When a budding athlete states that he has “future aims such as the Olympics and World Championships”, one’s instinct may be sceptical.
But in Sheffield heptathlete Joe Hobson’s case, his words carry genuine weight.
Hobson, aged 17, has been selected to represent Great Britain at U20 level - three years ‘early’ - at an Indoor Match in Salamanca, Spain, this weekend, the first step of many to the biggest stage in the world.
The self-effacing Hobson says: “I’ll just take it as it comes. Hopefully I’ll just keep on improving and then in four to six years, when I reach my peak, I’ll be Olympic standard and one of the best in the world.
“That’s my goal”.
His coach Mike Corden, Daley Thompson’s decathlon teammate at the 1976 Montreal Olympic Games, revels in his young charge’s ambition. In fact, he believes that’s exactly how it should be.
“If he doesn’t think like that, with the talent he’s got, then he’s setting his targets too low,” Corden said.
“When you hear football managers say ‘we’ll take one game at a time’, what it means is: ‘I’m scared to death to say that we’d like to win the Championship’.
“In Joe’s case, he’s got the talent. If you tell people your ambition, you’re more likely to go out and train harder to achieve it.”
Hobson grew up a talented sportsman, eventually snubbing potential careers in basketball and football for a future in Athletics.
I joined City of Sheffield when I was about nine. They get all the young athletes together and do different events with different coaches, and Mike was there working at the time. I started going to different coaches as I improved from those sessions and wanted to take it seriously.Joe Hobson
He remembers a reunion with Corden three years ago as the moment he started to truly unlock his potential.
“I started at the Linford Lions, which was when I was seven,” Hobson said.
“I was running for Rotherham then, and then I joined City of Sheffield when I was about nine. They get all the young athletes together and do different events with different coaches, and Mike was there working at the time.
“I started going to different coaches as I improved from those sessions and wanted to take it seriously.
“About two or three years ago I went to Mike to see if I could join in Mike’s group, which is a very high standard group, and from there I’ve just improved dramatically.”
Corden remembers the meeting slightly differently, humorously recollecting that Hobson ‘thought he was a footballer’.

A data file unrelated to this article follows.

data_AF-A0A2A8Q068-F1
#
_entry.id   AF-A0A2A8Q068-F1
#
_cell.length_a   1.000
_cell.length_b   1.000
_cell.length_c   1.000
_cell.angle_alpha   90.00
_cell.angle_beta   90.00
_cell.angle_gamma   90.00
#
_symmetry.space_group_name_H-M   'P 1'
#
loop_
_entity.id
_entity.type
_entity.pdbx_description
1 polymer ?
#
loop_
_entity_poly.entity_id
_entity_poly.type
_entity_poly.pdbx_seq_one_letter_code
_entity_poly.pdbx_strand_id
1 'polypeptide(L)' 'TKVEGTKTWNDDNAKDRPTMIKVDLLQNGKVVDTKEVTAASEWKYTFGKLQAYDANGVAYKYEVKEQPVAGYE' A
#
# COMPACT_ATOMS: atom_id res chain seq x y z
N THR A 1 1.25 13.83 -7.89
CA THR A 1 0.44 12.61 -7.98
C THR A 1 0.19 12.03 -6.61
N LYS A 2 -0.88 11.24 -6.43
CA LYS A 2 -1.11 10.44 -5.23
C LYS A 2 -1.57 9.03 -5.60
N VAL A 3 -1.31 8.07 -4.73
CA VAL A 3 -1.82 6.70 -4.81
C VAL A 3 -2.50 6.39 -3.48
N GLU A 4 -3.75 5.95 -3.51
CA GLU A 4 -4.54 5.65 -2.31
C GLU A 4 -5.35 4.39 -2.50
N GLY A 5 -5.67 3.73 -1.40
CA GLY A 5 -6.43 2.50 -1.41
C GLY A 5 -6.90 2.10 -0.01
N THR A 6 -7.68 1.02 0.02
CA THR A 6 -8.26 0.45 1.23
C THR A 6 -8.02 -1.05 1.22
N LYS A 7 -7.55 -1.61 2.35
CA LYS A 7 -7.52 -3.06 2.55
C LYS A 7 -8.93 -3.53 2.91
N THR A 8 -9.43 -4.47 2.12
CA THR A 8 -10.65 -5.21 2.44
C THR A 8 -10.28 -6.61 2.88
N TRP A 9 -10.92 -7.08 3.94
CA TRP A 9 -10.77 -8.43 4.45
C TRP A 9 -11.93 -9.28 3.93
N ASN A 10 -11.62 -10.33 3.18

“He thought he was a great striker,” Corden smiles.
His powers of persuasion were tested as he attempted to switch the teenager from scoring “14 goals a week” in amateur youth football, into a budding world-class athlete.
He adds: “If you can high jump two metres, and long jump seven metres, and you’re running seven seconds for 60 metres at the age of 16 or 17, and you’re in the English Schools Championships at the age of just 16, it really points you in that direction.”
That’s just the tip of the iceberg in terms of sacrifices. Hobson says: “Schooling has been difficult, I’ve been travelling a lot. When I did the Home Countries when I was under-17, they let me have time off and then my current college are really supportive.
“I think it’s just the timing of everything. Sometimes I’ve got to have time off to travel to competitions and then I miss work.”
But stepfather Darren Raine is keen to stress how Hobson has made the entire balance work for himself, through pure hard work and desire. He says: “Joe, with Mike as coach, for 12 or 18 months, just kept progressing, and then became Schools champion, so we said then that we’ll commit and we’ll give all the support that we can. We were getting him to stay in education and giving him time to do his sport, and seeing how far it takes him.
“That was our commitment to Joe, but he’s very committed to it. We don’t have to force him to training or anything like that. We’ve always said to him that if he doesn’t enjoy it and it’s not something he wants to carry on doing then, we can’t make him do it, it has to be his choice.”
But the rewards are obvious, and Hobson owes much of his ascent into one of the country’s finest young athletes to Corden, who, due to his background at the highest level, is vital in every department.
“From when I met Mike again, I’ve just dramatically improved at everything”, Hobson says.
“I’ve been growing a lot, and I’ve had little injuries, but Mike’s understood that. He’s got a programme just for me, and he’s been working so hard to get me to different competitions. Because he’s my main coach in every event, he provides motivation, he’s enthusiastic about everything, and technically we’ve been working really hard.”
Hobson describes the 60m sprint as his strongest current suit - he’s run a personal best of 7.09s - with his high jump and long jump also excellent.
The fact that his shot putt doesn’t necessarily meet those heady standards doesn’t worry Corden heading to Salamanca.
“In all of your events, if you’re shuffling each of your performances forward each time, you get a massive improvement on your score,” he said.
“If we left the pole vault for two weeks, he wouldn’t even know which end to put it up at. It’s about being consistent. If over seven events you get 30 points more on each event, clearly over seven events you’ve got 210 points more. That’s a massive increase on performance.”
So while consistency will be the key over in Spain, the emotion of the occasion will play a large part for Hobson, who is relishing the chance to represent Great Britain for the first time, rather than England.
“I’ve always wanted to represent GB in anything I do. I know England is my country but GB is obviously the whole thing of being chosen out of everyone.
“To represent GB abroad, in Spain, against different world class athletes is just going to be amazing.”